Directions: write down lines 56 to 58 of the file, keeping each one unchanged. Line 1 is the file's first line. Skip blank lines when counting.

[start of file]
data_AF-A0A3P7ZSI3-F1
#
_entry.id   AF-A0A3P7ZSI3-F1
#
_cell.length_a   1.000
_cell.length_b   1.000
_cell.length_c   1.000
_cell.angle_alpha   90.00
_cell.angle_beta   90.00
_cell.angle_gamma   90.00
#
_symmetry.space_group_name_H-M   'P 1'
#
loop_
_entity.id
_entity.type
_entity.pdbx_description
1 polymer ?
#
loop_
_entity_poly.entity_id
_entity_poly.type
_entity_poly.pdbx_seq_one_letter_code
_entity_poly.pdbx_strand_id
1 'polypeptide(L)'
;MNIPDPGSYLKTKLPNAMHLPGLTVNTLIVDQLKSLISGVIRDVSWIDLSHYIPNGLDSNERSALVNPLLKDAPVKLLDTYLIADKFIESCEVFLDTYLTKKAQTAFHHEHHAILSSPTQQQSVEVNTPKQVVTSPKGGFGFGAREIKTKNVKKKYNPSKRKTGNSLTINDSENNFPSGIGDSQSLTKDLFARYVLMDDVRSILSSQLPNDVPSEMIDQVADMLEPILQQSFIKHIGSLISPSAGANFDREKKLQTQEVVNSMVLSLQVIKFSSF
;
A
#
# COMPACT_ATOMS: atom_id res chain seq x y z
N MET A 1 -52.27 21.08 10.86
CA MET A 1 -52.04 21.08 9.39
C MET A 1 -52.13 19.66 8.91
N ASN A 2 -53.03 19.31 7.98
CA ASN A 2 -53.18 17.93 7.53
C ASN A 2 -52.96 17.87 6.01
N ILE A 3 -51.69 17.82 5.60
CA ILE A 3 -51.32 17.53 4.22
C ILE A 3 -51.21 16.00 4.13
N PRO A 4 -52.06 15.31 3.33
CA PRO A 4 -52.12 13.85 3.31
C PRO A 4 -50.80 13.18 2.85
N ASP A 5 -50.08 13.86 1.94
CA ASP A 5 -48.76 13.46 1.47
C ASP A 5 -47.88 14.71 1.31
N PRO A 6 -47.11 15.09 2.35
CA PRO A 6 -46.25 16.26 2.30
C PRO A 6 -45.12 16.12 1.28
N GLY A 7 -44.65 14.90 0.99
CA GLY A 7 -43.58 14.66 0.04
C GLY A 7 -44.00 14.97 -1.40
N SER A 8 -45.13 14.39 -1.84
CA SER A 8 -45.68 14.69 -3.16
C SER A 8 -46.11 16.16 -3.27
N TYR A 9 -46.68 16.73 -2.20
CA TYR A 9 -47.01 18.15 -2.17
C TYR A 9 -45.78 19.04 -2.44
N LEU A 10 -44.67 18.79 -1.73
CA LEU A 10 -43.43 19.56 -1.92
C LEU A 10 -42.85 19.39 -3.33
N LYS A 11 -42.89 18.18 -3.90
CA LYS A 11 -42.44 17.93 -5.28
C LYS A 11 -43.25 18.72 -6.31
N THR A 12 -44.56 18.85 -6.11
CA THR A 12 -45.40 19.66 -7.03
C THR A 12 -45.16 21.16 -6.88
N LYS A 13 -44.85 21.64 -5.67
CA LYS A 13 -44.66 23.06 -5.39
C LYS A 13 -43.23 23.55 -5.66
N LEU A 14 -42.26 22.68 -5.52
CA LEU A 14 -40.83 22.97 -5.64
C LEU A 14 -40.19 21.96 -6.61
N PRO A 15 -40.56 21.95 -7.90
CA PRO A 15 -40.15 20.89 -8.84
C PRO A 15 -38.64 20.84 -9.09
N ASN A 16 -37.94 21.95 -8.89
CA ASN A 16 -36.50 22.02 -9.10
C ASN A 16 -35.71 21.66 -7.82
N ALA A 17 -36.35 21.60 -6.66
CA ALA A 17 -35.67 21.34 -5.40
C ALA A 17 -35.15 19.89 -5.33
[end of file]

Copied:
CA TYR A 9 -47.01 18.15 -2.17
C TYR A 9 -45.78 19.04 -2.44
N LEU A 10 -44.67 18.79 -1.73